Aftermath: Notre Dame vs. Syracuse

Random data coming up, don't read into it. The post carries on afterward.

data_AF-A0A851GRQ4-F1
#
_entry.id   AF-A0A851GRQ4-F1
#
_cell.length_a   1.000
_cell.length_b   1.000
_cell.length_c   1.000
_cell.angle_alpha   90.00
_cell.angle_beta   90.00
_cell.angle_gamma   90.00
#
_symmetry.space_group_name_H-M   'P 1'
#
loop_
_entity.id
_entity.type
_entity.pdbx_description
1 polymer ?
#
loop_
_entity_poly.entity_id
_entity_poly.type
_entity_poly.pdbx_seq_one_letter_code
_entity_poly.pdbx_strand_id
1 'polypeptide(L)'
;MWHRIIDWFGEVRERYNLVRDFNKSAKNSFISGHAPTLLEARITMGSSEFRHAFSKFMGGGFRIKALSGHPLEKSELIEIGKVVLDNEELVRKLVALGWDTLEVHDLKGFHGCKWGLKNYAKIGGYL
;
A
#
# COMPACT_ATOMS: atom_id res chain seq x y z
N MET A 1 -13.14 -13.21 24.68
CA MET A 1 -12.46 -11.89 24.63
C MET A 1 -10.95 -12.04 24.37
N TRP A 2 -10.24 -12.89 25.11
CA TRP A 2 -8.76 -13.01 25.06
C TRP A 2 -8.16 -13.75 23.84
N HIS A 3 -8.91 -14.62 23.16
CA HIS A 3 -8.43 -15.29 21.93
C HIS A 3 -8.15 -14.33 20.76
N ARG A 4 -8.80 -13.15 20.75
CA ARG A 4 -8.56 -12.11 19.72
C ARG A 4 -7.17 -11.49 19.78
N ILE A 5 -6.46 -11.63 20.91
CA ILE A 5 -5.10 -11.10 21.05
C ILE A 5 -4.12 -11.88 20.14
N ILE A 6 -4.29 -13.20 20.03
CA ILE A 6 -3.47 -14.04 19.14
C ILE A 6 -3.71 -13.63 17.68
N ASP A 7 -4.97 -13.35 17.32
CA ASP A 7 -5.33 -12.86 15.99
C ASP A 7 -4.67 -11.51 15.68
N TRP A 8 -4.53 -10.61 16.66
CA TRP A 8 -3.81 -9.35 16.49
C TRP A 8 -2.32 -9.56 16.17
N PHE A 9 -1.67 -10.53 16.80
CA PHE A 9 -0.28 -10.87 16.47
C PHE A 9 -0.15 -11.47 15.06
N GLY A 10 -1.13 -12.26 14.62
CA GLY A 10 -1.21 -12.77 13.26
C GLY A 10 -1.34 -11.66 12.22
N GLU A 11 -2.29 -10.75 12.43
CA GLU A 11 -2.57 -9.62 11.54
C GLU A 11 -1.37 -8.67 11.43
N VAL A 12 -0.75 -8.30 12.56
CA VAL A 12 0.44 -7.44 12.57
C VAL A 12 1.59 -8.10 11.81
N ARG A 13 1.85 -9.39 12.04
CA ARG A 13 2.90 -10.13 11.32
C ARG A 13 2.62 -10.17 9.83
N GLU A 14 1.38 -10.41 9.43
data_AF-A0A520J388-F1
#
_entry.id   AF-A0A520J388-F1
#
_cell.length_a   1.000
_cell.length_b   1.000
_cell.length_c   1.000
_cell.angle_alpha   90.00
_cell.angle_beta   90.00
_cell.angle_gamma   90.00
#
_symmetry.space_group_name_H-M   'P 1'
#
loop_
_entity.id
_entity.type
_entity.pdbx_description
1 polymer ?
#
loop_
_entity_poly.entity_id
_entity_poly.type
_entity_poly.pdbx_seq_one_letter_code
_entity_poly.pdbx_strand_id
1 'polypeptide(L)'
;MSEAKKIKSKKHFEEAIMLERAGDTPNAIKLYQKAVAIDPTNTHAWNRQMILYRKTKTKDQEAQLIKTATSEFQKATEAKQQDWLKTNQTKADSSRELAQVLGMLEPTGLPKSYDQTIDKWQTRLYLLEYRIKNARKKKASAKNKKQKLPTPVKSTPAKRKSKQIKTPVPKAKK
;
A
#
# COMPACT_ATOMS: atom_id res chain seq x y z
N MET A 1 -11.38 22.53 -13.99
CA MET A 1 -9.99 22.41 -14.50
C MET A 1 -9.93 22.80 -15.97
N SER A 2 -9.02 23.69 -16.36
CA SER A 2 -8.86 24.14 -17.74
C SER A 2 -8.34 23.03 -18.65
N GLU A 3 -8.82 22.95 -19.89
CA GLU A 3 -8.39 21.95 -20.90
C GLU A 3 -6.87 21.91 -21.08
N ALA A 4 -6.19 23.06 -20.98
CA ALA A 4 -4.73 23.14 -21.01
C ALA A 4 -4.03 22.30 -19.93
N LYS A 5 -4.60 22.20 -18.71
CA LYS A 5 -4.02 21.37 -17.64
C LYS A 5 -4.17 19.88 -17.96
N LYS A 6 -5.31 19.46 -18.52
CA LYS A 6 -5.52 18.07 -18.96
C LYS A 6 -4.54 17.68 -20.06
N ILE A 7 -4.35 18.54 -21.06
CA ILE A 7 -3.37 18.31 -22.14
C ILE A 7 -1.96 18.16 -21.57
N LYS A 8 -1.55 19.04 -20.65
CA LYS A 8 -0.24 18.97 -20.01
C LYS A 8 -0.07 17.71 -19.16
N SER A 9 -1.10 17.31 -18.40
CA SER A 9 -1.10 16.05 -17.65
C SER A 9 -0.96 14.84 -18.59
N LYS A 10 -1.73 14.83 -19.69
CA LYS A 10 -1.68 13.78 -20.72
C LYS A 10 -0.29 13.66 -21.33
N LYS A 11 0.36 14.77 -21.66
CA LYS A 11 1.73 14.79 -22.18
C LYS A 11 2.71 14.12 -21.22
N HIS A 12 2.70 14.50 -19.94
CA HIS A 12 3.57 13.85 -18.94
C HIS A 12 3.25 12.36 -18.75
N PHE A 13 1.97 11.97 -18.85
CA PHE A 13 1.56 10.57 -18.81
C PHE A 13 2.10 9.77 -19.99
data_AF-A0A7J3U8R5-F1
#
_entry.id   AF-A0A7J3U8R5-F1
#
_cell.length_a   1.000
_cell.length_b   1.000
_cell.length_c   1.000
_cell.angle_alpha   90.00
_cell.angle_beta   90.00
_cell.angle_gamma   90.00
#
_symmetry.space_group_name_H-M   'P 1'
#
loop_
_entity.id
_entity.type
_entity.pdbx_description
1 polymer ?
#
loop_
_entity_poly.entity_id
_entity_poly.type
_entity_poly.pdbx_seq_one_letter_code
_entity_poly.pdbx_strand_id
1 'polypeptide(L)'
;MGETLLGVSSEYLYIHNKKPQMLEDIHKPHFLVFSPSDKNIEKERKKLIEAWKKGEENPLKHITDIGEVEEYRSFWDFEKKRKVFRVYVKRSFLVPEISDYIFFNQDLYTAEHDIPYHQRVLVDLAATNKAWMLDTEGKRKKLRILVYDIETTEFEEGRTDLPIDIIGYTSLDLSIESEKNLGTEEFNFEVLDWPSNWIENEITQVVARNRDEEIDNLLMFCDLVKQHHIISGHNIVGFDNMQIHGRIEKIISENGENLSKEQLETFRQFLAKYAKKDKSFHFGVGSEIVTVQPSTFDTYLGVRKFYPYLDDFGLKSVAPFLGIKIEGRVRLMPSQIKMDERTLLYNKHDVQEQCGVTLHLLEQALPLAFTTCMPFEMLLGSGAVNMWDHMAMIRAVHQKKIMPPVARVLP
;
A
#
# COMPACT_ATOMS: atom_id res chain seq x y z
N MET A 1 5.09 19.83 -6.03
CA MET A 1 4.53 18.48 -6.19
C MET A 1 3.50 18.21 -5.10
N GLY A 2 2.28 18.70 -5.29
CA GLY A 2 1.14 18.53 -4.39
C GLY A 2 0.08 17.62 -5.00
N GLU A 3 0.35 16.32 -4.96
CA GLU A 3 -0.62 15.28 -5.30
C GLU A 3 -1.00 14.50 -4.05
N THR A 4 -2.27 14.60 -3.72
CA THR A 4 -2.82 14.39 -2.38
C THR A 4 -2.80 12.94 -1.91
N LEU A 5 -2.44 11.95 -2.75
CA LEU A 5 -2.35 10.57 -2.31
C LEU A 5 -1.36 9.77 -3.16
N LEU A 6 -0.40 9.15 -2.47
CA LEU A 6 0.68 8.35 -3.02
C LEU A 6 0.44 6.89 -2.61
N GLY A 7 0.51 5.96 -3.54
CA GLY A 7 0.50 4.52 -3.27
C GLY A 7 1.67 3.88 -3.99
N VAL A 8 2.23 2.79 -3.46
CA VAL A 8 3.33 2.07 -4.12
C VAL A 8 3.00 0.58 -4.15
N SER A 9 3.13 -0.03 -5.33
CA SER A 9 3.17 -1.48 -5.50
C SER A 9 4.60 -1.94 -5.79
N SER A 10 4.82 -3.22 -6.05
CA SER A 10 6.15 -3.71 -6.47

1. Kirk Herbstreit’s breakdown of the offensive line’s performance was too harsh. Herbie repeatedly pointed out that Notre Dame’s offensive line wasn’t physical enough and wasn’t getting enough push. He went so far as to say the shifts along the line exiting bye week didn’t (and, I’m paraphrasing here) appear to be an improvement. No, the offensive line wasn’t perfect last night, there’s still a ways to go before they’ll live up to Harry Hiestand’s standards and that of a typical Notre Dame offensive line. But, last night the three backs combined for 28 carries, 129 yards, and an average of 4.6 yards per carry. Mind you, this was against a defense that was allowing approximately just 100 yards per game on the ground. The statistic that will likely be buried under the five turnovers last night (including three from the run game) is Notre Dame’s performance on 3rd down. Entering last night, the Irish struggled mightily on down and distance situations when opposing defenses knew to expect the run. But, against Syracuse Notre Dame was 9-of-14 in 3rd down conversions, including runs of 14, 8, 7, 5 and 2 yards on 3rd down when Notre Dame needed no more than five yards to convert. It’s a work in progress - nothing more and nothing less - and anytime you shuffle personnel along the offensive line, there’s going to be some kinks to work through. Last night was a step in the right direction for the offensive line, and there’s not much more you can ask for at this point in the season. 2. It’s something else watching Brian Kelly talk to Everett Golson on the sideline after the quarterback comes off the field. Kelly approaches his quarterback with delicacy each time Golson produces a mistake on the field, and the offense takes a seat on the sideline. Delicacy is a word not often used in the same sentence as Brian Kelly. Heather Cox described the interaction as that of a father and son. That’s fine and well, but it’s fair to say Golson still has some maturing to do. It’s not normal for a head coach to coddle his quarterback like we saw last night each time a mistake is made. And, it is coddling. Granted, it appears to be effective for the head coach and quarterback duo, and Golson still had a solid game notwithstanding the two fumbles and two interceptions. He’s being asked to lead the offense much more this year than in 2012, a fact that has been talked about to length’s end so far this season, and with such increased responsibility he’s performed rather stellar most of the time. But, as Golson grows and develops, he’ll have to shake off the bad throws and poor reads himself and communicate more so on his own terms with the coaches – without Kelly having to take a knee, work his hardest to establish eye contact, and coax a conversation. 3. As George Whitfield pointed out in the broadcast last night of in his description of the adversity Golson faced in the 1st quarter, a game of highs and lows where a fair share of good and bad plays can be highlighted could be just what the doc ordered before the Irish take on Stanford at home next weekend. Notre Dame will have plenty to dissect on film this week. The passing game was brought down to earth last night, despite Golson’s 25 consecutive completions. The secondary looked vulnerable when Syracuse took shots down field. But, when you produce five turnovers, and only give up 15 points, and still put up 31 points and 160 rushing yards against a solid run defense, it’s most certainly not all bad teaching points. Stanford’s physicality will test Notre Dame in most facets of the game. But, Notre Dame will have plenty of weaponry to test the Cardinal right back. A week out, there’s reason to be confident the Irish will show its best in its biggest game of the season to date.
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